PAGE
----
"A bullet comprised of a jacket of malleable metal having a closed nose portion encapsulating a forward core made of rubber, the nose portion having circumferentially spaced, axially extending deep scores in its nose-defining walls, and a rear core within the jacket made of a malleable metal preferably softer than that of the jacket and hard-seated against the rear of the rubber core to bring pressure against the interior surface of the meplat and the interior surface of the nose-defining walls of the nose portion, whereby upon the bullet striking and penetrating a target, the scores will rupture and the nose-defining walls of the nose portion will collapse axially and open, and together with the rubber core, will expand substantially in a radial direction to thereby provide an adequate penetration, optimum expansion bullet."

joelr - But seriously, I've read some good stuff about this round. Is this available in all standard sizes? Cost relative to Hydra-Shok, etc?


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PostPosted: Fri Apr 03, 2009 5:08 am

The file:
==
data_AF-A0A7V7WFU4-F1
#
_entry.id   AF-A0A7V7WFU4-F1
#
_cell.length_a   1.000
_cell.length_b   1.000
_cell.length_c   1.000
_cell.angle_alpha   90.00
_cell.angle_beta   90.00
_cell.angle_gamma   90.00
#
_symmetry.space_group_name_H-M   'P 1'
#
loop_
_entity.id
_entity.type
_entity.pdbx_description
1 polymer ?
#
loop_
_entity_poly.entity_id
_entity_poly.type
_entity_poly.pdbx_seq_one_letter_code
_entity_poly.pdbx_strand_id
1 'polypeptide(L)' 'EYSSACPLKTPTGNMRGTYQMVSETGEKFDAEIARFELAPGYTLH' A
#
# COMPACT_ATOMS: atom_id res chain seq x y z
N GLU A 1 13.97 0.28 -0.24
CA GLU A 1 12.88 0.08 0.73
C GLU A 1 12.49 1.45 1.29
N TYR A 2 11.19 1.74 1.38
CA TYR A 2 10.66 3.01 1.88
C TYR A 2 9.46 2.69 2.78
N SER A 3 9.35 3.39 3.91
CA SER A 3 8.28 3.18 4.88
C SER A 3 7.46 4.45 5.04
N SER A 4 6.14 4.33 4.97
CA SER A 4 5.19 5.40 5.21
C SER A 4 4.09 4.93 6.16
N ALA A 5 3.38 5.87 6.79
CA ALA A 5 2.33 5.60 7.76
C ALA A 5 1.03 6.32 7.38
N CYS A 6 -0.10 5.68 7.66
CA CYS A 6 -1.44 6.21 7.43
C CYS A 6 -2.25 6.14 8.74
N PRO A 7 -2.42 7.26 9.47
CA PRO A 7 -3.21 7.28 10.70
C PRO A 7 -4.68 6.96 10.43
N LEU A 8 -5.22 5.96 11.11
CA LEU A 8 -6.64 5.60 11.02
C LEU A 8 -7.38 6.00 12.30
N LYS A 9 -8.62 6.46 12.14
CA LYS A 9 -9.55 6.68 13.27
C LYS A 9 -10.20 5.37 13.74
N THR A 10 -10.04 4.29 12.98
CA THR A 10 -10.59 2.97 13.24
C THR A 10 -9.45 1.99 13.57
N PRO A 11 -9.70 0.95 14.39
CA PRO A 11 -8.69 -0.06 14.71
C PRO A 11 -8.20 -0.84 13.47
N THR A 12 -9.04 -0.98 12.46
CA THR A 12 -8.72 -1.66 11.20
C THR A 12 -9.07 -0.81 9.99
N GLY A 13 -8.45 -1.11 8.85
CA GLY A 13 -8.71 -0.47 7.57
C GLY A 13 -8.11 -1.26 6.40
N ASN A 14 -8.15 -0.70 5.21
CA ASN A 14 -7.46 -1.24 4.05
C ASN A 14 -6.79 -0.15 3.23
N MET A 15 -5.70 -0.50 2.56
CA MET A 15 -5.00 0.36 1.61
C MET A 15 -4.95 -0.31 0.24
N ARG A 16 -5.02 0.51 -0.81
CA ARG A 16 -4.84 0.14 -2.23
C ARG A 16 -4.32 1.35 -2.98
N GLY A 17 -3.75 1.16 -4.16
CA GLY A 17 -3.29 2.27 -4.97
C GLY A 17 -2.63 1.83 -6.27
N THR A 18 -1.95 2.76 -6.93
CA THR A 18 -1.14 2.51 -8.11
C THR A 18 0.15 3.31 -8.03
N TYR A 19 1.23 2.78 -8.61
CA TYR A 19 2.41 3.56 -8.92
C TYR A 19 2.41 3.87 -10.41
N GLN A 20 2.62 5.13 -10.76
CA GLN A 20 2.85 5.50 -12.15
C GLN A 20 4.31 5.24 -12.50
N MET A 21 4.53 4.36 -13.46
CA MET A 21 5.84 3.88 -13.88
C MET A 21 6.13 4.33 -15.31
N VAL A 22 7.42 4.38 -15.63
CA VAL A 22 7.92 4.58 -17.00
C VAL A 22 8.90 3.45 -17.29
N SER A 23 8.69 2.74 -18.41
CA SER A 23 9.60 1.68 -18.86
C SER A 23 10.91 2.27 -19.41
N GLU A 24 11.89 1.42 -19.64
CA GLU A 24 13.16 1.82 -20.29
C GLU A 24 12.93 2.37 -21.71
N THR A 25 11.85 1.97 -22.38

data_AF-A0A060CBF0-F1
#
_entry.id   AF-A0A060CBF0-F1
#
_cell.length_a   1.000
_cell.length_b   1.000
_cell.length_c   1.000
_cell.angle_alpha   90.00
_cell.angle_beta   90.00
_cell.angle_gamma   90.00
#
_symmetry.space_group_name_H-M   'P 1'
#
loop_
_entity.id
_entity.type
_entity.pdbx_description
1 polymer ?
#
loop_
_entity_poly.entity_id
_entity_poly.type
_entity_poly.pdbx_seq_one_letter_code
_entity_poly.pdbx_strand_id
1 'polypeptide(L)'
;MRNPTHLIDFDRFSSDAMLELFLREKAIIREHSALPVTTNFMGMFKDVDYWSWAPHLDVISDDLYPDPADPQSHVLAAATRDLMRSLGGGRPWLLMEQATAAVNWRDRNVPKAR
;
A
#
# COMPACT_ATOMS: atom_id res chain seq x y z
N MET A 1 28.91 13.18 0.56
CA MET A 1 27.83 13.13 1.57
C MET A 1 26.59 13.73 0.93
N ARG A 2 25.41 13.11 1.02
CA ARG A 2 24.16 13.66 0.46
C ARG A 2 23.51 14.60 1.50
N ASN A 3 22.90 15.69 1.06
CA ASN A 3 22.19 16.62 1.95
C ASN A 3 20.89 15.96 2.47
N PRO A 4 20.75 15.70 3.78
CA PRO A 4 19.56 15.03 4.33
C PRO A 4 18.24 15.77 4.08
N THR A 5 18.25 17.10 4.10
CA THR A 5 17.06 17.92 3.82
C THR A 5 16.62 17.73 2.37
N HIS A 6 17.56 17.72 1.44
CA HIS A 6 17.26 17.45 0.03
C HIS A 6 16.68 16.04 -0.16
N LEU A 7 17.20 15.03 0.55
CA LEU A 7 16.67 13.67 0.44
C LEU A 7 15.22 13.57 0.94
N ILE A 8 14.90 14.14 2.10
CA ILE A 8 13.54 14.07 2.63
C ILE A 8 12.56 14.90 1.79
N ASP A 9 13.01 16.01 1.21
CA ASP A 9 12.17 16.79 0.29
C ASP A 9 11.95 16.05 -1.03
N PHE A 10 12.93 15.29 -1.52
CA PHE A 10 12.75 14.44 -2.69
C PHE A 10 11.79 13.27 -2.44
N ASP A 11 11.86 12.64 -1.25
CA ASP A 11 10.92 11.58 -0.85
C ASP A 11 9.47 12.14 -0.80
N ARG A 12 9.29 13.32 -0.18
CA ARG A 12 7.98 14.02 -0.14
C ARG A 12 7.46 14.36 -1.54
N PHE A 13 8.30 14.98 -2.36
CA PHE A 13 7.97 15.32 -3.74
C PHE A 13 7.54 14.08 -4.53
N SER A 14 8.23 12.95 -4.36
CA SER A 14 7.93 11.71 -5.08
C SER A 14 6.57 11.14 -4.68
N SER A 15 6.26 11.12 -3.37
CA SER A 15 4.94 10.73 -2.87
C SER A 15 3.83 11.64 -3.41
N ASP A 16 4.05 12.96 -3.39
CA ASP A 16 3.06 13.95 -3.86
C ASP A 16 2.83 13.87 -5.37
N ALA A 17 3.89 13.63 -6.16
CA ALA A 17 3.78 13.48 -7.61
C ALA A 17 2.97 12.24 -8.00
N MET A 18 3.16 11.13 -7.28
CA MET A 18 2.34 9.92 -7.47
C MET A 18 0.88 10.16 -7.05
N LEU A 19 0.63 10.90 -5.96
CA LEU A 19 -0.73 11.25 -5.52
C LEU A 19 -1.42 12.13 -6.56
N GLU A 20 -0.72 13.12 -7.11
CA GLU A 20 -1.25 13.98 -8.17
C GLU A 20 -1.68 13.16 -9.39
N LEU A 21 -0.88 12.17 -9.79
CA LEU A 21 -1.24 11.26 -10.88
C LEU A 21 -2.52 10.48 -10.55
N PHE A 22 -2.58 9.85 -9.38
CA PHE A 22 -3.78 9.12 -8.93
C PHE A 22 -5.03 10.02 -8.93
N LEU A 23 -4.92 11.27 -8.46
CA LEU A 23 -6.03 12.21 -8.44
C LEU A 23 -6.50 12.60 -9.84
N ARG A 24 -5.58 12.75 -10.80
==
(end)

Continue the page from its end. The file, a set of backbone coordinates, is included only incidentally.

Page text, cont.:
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Long Ago LEO wrote:
joelr - But seriously, I've read some good stuff about this round. Is this available in all standard sizes? Cost relative to Hydra-Shok, etc?
Yup, and street price a bit more.

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PostPosted: Fri Apr 03, 2009 11:24 am 
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joelr - I have to confess that I hand select your responses and forward them to my (very old) Uncle, a retired English Lit teacher in Florida who thoroughly revels in your writing; irrespective of the topic or the benefit of any preceding posts. I can hear him howling all the way back here in Minnesota some times. He thanks you.

Oh, and if it matters, I don't own any Glocks. :lol: